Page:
Plomin claims that certain children will find it more difficult to learn than others and the influence of genes on intelligence is around 50%. As we grow older the influence of hereditary of intelligence increases developing from 20% in infancy to 80% in old age. He argues we chose environments to complement our genetic propensity, such as challenges.

        Plomin claims in terms of numeracy and literacy that 65% of the influence of genetics is hereditable. The heritability of intelligence and education attainment are not the same...

Performance vs Learning Dylan Wiliam

This recognises that each of us are unique individual

Dylan William makes the case that what is successfully learnt in a class, what can be viewed as performance, does not necessarily translate into successful retained long term memory. He refers to Sweller who contends that when children engage in problem solving they will not necessarily learn anything about problem solving.

       Williams also refers to Swellers research that if children are under loaded they will not learn and also if they are overloaded. This is due to working memory.


This recognises that each of us are unique individual Robert Plomin - Genetics and Education - Vid

his recognises that each of us are unique individual

      Robert Plomin argues that D.NA. difference  accounts for half of the children's performance in the National Curriculum assessments. From early school to G.C.S.E. that 60% of children's educational performance is dictated by genes.

     He argues that charectoristics like height have 90 heridiarability. 

      He contends that clever parents on average will have cleveHerr children, but it not 100% heridtable. He suggest that in every generation the best performing children will come from the parents of average potential, because genetics is concerned with mixing up genes. It is a cocktail. Thousands of genes are involved.

 Robert Plomin says that children are not moulds of clay that can be moulded into anything we want and that some children will find it difficult read. It is inappropriate to blame school, children and under performance.

 He arguing that education should be individualised.

Dylan Wiliam - Assessment for Learning

This recognises that each of us are unique individual  


     Williams reflects on failed initiaves and contends that the standard of teaching is fundamental to developing children's learning success. He argues it does not matter which schools children go to, but it does matter what classes they are in.

      Williams claims that it terms of teaching there has been nothing new in 2,000 years. He argues that much cognitive neuroscience has no relevance to teaching, because teachers must teach 30 brains in a class.

Sue Garthercole - Diagnosis - Cognitive Development

his recognises that each of us are unique individual  

        There is a need to make sense of low attaining children's needs. There is no cure, magic pill for them.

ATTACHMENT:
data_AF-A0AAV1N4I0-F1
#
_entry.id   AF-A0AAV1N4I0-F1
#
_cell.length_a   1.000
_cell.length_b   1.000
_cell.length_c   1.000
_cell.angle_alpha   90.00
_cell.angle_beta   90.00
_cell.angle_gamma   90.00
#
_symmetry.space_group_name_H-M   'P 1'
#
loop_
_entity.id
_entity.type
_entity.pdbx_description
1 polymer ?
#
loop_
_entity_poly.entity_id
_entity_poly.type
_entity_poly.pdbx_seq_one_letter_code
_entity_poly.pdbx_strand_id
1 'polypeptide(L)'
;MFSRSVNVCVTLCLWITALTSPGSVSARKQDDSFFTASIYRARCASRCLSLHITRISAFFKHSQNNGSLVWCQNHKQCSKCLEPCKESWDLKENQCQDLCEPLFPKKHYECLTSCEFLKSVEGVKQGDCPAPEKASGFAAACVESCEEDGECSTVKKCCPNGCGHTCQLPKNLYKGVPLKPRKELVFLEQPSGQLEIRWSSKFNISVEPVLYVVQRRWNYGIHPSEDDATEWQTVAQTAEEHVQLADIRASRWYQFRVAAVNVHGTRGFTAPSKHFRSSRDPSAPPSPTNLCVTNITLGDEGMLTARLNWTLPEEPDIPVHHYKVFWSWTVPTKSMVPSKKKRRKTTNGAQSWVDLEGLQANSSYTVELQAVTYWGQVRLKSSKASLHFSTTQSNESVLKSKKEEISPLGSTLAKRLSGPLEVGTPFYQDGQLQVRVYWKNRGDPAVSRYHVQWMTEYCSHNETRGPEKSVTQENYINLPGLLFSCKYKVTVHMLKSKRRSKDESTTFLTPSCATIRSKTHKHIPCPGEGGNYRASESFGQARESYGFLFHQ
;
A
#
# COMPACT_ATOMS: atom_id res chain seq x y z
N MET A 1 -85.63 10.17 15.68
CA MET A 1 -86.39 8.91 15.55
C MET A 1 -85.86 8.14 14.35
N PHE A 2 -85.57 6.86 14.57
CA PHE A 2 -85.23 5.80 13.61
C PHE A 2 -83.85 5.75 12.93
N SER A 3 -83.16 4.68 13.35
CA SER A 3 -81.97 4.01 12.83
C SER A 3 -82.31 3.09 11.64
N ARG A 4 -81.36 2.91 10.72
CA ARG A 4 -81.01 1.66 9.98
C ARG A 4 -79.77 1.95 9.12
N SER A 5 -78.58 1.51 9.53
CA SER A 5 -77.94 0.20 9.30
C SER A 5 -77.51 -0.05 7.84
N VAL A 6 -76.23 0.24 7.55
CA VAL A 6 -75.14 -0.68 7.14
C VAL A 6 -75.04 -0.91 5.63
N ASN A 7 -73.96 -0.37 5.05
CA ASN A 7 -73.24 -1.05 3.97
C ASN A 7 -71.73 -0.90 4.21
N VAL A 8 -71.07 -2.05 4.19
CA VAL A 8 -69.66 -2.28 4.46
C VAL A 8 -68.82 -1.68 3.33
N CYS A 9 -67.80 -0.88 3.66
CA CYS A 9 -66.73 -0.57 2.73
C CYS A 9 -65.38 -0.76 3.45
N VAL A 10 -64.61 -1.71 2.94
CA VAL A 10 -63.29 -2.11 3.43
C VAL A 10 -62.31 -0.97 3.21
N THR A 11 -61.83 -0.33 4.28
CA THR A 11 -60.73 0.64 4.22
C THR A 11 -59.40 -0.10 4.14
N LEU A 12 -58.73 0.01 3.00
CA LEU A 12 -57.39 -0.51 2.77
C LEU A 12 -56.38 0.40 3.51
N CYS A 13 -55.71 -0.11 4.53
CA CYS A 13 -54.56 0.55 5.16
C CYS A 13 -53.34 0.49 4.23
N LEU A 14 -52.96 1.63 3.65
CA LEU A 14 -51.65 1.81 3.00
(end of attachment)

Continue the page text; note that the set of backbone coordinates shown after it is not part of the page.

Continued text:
A study in 2010 illustrated that there was no change in children's maths and language attainment in the last 30 years. 18% of children require learning support. The 9 year spread of children in England 2015 Pisa scores is wider than the 7 year gap expected.

        Garthercole contents that 15% of children have working memory, which involves inattentiveness, but A.D.H.D. involves impulsiveness and hyperactivity. 

         Children's environment, social background has a profound influence upon children,s development of cognitive skills, which includes the development of crystalised knowledge, executive function, and also maths, language, vocabulary, .... control, emotional control, long term memory and I.Q.

       Measures of the children with high cognitive ability, who have high socio-e    economic status and low cognitive ability, who have high socio-economic status and low, over time illustrates that the low cognitive children with high socio-economic status, cross the children with high cognitive skills, buy low socio-economic
 status at about the age of ten

          Gathercole refers for the need for early intervention, especially phonological language support and that it may be too late four or five years later. She reviews conditions like dyslexia and A D.H.D. She claims that in these illnesses there are variations in individual children who have them. She claims rapid naming is a problem with reading and working memory is an integral part of verbal ability, and that working memory is the most reliable predictor of academic attainment.

       Finally, Garthercole contends that executive visual spatial working memory correlates with mathematical ability, and despite the fact that specific memory tasks can be trained, there is no evidence that working memory can be trained as a whole.


 These video are all extremely interesting. Plomin research illustrates that 50% of children's educational potential is dictated by genes, while Sue Garhercole claims that there is no 'majic pill' for resolving low attaining children's learning difficulties, and that working memory cannot be changed.

  Although it has been a 'taboo' about admitting that all children potential is not equal, Dylan  Wiliam's visit to a Hertford School illustrates that children are constantly be branded like eggs. They are constantly been reminded of what they can and cannot do. Cloe illustrated that even intelligent, high attaining children, do not enjoy getting things wrong.